There will be challenges for RVers using Starlink however, at least initially;  including equipment, coverage, clear open sky requirements and potential congestion issues in populated areas.

There will simply be places where Starlink will not be ideal because local terrain, trees or buildings blocking view of the passing over satellites, or there is not enough capacity in an area. Cellular will likely remain a strong component of a mobile internet setup for most RVers, even as Starlink is fully deployed and mobile.

While Starlink has filed for systems that can be used while in motion, that is not yet approved by the FCC – but once there is adequate nationwide coverage, most RVers will likely be content with just being able to dynamically change their service address as they setup in new locations.

Availability and Pricing of Starlink

The Starlink system is still currently being launched into orbit and there should be minimal nationwide coverage & capacity by the end of 2021. 

A public beta-test began rolling out in late October of 2020 in northern areas for fixed (non-mobile) location applications, and the area included in the beta is slowly expanding southward as the constellation fills out.

The Starlink user terminal (packaged with a basic tripod mount and a companion indoor Wi-Fi router) costs $499. Monthly fixed residential subscription costs are set at $99/mo, and currently allow for unlimited data. What we don’t know yet is if mobile systems and service will have similar pricing.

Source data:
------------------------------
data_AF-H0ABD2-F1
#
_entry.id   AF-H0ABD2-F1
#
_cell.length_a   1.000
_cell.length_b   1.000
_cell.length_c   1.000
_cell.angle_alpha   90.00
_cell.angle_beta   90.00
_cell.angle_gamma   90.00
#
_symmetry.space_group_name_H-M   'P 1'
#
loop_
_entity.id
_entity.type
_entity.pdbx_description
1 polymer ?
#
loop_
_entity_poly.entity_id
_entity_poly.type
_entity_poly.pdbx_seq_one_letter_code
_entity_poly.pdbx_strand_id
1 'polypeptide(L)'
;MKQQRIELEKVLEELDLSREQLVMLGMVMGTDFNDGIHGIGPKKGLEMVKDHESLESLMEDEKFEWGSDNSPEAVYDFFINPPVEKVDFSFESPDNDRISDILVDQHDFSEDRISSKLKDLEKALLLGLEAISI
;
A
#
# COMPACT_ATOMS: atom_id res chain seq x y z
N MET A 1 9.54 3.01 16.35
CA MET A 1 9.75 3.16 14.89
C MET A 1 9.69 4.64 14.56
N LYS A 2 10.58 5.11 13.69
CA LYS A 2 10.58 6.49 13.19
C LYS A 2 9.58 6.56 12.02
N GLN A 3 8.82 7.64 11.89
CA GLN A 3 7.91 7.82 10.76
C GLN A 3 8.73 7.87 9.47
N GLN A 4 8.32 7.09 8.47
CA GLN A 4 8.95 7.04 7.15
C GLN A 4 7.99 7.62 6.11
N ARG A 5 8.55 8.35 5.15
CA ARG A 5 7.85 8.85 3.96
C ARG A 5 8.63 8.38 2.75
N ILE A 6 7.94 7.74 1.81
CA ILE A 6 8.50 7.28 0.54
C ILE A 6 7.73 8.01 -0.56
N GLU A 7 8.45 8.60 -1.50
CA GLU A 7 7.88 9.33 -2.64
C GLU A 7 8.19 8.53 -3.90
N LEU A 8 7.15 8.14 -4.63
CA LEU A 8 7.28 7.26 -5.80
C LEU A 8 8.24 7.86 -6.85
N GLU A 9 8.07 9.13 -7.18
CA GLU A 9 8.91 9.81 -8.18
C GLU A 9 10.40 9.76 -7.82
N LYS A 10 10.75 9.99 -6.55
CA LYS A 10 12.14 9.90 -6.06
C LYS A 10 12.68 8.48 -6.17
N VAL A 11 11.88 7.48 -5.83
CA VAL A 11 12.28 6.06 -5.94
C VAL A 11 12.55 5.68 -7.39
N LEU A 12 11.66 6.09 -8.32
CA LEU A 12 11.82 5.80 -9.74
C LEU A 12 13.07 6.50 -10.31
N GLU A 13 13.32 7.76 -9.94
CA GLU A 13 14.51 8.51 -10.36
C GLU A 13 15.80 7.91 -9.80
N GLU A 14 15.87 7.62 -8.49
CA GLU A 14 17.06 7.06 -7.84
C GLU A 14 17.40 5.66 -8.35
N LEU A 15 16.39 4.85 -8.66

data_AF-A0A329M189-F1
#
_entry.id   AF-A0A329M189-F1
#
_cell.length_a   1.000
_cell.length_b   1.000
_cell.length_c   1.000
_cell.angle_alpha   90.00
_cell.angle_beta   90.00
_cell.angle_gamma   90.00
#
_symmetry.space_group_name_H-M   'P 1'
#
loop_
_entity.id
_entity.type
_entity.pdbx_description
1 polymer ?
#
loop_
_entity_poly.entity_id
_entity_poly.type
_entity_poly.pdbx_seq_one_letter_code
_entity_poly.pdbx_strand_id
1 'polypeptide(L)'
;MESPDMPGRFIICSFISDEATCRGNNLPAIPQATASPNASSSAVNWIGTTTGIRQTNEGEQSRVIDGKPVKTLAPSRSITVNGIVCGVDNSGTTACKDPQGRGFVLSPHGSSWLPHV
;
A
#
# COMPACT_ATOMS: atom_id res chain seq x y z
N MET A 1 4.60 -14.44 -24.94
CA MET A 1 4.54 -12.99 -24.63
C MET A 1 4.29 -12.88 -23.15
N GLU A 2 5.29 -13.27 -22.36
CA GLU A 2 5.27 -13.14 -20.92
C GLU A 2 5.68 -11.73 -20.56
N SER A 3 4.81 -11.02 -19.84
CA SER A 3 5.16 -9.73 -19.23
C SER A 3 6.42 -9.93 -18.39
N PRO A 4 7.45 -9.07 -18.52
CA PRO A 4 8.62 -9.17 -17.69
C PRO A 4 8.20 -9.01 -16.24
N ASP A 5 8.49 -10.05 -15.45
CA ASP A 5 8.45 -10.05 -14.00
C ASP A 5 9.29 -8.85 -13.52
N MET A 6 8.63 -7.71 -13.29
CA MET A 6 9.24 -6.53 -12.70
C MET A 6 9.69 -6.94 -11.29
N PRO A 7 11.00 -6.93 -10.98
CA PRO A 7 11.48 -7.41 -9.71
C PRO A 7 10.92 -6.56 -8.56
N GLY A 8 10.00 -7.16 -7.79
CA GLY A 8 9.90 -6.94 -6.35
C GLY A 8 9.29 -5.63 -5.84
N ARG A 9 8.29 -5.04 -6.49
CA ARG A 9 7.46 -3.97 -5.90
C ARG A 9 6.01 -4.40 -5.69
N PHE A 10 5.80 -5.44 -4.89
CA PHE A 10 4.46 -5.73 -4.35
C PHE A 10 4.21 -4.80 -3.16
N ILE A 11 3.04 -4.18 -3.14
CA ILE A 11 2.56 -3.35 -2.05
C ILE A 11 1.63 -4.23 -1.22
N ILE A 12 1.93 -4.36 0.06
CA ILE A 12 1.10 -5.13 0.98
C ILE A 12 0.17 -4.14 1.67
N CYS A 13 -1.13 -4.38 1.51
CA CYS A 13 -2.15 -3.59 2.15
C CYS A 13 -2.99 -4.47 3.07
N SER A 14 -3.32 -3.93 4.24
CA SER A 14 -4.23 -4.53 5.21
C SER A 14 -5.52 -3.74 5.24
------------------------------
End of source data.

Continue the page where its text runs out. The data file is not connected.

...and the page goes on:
For more information on mobile internet satellite, including our coverage on other competing LEO systems from OneWeb and Amazon, follow up at Mobile Satellite Internet Resouces.

There are a lot of exciting things happening in the mobile world. But both 5G and low-earth satellite technologies are still being developed and rolled out, so neither has reached their potential yet.

At the Mobile Internet Resource Center we are constantly tracking updates and developments on both and helping our audience decide when is the right time to jump onboard and plan their current mobile internet strategy with the future in mind.

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Technomadia Mobile Internet Resource Center

Authors

Cherie Ve Ard and Chris Dunphy

Cherie Ve Ard and Chris Dunphy are the co-founders of the Mobile Internet Resource Center, which provides unbiased information, reviews, resources and tutorials to help us all stay better connected on the road. They have been living and working full-time on the road since 2006, blogging about their travels on Technomadia.com. Internet connectivity has been essential to them every step of the way.